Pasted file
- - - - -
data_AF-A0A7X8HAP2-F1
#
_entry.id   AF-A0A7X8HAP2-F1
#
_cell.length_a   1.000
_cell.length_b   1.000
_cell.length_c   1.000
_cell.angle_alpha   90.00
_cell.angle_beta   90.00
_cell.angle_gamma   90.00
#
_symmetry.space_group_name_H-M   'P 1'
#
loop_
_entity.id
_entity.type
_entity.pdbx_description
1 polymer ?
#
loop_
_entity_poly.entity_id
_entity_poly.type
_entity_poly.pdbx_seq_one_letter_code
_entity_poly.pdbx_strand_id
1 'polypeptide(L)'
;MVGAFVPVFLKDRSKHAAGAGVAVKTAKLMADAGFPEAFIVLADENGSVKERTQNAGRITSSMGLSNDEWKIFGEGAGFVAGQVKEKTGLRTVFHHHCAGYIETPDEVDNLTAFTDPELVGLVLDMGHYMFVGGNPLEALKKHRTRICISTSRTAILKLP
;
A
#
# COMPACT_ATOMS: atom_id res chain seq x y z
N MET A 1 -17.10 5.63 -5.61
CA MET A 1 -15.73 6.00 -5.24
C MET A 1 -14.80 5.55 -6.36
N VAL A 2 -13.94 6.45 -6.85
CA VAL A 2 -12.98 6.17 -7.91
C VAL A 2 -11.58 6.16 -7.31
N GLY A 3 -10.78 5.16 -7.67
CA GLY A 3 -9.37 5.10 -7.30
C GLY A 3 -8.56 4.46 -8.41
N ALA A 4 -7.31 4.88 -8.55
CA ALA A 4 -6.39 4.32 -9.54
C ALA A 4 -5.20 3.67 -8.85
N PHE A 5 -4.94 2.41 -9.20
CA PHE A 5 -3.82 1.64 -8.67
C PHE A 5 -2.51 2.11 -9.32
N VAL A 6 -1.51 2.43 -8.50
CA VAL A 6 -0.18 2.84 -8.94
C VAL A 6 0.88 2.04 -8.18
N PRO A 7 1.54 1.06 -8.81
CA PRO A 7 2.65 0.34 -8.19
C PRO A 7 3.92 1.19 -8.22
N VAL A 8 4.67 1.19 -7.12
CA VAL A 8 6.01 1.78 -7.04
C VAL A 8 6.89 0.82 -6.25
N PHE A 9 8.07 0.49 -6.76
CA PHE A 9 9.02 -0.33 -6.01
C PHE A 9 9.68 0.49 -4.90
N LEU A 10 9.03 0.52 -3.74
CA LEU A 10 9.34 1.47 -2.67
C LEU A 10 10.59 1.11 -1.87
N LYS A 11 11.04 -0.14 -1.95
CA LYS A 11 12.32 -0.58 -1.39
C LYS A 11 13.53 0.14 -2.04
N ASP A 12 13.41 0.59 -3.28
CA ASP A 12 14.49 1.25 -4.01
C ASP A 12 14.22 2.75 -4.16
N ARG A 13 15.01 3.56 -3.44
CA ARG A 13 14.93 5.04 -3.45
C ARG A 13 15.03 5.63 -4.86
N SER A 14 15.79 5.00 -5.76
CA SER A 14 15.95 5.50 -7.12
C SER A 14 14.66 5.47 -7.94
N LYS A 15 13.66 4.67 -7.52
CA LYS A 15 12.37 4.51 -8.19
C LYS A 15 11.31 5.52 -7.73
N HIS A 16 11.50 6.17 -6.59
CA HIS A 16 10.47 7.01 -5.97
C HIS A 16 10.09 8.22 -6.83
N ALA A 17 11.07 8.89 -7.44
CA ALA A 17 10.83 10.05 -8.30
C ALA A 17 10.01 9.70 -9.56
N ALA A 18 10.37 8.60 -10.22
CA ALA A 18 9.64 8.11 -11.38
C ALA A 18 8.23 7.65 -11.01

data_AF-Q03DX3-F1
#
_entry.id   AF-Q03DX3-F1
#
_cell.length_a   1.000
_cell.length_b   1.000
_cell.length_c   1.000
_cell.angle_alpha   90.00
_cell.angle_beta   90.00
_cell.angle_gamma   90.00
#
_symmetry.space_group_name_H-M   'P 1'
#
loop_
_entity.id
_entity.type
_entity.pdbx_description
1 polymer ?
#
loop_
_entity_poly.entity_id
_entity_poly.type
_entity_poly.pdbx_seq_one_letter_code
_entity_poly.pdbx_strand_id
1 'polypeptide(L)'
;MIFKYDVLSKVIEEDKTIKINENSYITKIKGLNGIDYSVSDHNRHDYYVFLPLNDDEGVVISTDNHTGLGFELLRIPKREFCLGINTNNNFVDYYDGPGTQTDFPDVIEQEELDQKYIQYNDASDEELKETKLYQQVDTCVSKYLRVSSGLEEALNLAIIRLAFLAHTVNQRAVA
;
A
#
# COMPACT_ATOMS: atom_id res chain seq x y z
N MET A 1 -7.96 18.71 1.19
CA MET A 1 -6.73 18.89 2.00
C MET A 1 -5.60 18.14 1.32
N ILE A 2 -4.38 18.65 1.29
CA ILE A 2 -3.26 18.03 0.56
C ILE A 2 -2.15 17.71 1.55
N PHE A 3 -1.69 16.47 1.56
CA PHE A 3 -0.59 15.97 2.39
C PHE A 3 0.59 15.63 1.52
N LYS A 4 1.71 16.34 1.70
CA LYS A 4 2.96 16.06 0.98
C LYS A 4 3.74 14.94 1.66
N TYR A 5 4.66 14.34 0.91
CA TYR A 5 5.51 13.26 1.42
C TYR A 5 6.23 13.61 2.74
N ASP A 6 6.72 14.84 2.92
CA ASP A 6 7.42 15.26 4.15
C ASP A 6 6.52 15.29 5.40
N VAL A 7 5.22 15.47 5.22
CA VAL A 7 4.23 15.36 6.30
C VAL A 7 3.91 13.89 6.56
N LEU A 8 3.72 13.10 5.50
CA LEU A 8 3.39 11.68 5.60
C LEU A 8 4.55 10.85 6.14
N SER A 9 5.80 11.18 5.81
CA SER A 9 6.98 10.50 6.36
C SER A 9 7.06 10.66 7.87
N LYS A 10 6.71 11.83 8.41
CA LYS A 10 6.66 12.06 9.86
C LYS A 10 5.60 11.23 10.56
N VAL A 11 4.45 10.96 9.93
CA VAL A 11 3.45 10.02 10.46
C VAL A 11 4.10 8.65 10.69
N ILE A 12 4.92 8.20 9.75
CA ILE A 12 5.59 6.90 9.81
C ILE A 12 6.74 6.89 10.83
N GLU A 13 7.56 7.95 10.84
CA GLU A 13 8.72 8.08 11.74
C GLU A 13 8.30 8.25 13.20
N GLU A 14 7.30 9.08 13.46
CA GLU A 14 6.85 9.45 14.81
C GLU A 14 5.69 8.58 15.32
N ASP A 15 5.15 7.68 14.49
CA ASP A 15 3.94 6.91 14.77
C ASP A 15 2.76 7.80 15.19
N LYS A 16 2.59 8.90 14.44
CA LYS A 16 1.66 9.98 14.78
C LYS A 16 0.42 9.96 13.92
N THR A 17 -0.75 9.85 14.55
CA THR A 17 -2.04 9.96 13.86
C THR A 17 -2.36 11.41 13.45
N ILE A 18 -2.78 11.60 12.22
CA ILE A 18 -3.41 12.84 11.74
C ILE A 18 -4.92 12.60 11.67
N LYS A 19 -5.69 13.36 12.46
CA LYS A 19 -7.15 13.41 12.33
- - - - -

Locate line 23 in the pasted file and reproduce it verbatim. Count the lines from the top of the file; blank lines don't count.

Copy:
_entity_poly.pdbx_seq_one_letter_code